Quite why the introduction of sharia law in Brunei should have prompted so much more indignation than sharia law in Saudi Arabia, where it has imposed numberless deaths and stonings, is a fashion and Hollywood mystery. And if prominent names on Twitter are finally willing to take a lead, maybe it is more fruitful to celebrate increased awareness, than to speculate about a form of moral blindness that has, until now, indulged any number of despots with ambitions to be fashion icons, philanthropists, even, with the assistance of Vogue, role models.

Certainly women might learn something from LGBT activists about the swift use of boycotts to punish businesses run by people who demonstrably abominate them, even when this entails confrontation with the very industry now boycotting the Dorchester.

Whatever becomes of sharia-shaming versus the sultan, considering the latter's inevitable advantages as a billionaire tyrant backed by the British establishment, the speed and impact of this campaign, in a week when Starbucks also turns out to have been further punished by consumers, have made a brilliant change from the more familiar narrative of public apathy, disillusion and fruitless rage. True, renewed action against Amazon could use some righteousness from celebrity taxpayers such as Mr Branson. But Margaret Hodge has, minus Hollywood but with huge support from activists on social media, already inspired a measurable shift in trade away from coffee giants that flagrantly dodge tax, or as her critics put it, "behave completely legally".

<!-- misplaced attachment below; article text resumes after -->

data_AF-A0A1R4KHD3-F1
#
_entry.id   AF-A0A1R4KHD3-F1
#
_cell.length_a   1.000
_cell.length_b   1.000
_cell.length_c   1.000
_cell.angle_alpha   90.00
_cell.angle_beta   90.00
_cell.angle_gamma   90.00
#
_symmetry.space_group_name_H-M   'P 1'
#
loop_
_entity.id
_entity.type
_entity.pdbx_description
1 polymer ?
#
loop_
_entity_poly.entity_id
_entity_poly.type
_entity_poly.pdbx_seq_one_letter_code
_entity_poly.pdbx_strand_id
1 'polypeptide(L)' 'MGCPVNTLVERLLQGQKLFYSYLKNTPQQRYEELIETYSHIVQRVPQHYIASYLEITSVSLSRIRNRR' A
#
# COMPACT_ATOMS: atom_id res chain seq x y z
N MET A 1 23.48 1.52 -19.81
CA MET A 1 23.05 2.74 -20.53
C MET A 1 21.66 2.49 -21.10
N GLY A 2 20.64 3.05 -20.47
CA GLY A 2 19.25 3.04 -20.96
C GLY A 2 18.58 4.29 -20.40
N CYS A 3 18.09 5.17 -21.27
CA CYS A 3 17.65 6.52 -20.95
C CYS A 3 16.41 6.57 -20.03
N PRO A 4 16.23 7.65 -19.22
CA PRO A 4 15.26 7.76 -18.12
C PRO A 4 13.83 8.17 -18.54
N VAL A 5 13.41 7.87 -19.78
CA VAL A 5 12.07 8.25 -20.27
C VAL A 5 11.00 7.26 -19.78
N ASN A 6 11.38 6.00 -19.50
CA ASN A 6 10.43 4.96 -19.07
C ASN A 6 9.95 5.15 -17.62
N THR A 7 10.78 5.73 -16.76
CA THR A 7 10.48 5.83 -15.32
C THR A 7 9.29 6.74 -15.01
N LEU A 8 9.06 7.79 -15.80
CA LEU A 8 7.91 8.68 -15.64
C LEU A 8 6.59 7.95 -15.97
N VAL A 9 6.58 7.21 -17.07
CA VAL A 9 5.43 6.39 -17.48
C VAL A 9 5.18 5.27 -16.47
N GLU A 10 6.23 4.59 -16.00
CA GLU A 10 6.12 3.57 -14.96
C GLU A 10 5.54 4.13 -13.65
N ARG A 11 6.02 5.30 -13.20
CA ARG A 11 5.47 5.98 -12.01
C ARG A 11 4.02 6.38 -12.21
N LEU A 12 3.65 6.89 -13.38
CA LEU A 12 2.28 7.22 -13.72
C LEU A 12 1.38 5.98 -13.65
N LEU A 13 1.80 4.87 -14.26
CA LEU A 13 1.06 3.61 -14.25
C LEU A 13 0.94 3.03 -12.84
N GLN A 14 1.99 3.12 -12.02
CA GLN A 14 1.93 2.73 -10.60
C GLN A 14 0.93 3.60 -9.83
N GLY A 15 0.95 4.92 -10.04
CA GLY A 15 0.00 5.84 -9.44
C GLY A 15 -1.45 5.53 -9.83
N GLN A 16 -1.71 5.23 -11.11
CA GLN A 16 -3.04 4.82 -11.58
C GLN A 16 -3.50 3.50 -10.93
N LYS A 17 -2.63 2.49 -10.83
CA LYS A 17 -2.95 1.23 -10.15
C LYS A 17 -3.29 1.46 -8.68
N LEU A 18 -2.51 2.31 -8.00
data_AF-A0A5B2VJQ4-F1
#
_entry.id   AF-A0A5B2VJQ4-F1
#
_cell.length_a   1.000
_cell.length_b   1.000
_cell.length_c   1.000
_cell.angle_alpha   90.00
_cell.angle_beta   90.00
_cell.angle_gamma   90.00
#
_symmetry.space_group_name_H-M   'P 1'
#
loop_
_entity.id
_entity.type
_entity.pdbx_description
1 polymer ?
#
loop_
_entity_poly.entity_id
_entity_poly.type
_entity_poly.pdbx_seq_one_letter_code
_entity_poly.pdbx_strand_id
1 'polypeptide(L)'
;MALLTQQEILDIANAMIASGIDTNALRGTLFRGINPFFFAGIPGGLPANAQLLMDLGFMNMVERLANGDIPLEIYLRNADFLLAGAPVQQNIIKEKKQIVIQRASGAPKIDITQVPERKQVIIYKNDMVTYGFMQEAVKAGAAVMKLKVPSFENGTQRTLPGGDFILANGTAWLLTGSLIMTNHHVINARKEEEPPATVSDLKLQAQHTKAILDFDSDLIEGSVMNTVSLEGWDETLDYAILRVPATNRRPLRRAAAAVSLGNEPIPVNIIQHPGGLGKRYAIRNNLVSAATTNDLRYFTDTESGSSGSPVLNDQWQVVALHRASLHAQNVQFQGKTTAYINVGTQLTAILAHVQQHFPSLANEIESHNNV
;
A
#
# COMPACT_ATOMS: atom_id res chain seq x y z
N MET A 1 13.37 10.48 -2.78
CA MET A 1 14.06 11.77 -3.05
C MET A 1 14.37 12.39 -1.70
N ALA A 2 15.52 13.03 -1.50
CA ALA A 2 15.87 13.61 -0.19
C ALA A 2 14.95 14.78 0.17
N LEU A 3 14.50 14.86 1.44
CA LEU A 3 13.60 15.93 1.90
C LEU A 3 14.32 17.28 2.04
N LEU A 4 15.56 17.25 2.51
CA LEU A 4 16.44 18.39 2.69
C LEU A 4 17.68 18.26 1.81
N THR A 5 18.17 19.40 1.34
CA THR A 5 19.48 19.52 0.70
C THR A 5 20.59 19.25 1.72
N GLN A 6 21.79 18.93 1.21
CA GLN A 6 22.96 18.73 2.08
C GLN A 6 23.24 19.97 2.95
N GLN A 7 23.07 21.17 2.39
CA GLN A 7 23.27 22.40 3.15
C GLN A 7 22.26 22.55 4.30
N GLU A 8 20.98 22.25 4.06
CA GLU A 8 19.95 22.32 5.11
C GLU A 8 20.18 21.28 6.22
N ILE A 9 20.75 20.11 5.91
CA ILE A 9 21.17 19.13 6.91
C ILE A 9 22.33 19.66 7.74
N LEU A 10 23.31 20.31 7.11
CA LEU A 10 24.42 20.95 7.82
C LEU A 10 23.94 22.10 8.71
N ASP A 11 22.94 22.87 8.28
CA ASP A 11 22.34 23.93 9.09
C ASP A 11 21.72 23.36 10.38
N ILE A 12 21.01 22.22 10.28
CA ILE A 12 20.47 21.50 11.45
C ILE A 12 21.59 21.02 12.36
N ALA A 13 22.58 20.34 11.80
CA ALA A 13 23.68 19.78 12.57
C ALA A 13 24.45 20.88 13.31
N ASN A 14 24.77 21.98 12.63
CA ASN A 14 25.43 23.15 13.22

Consumer boycotting can, it turns out, amount to more than the fleeting sense of empowerment that comes from bypassing a Starbucks or Caffé Nero, from quitting Npower, buying a book in a shop, aiming evils at Abercrombie & Fitch and as of last week, refusing, point blank, to book the Messel suite at the Dorchester.


Last edited by Nicky80 on Sun May 11 2014, 11:50; edited 1 time in total (Reason for editing : Added text)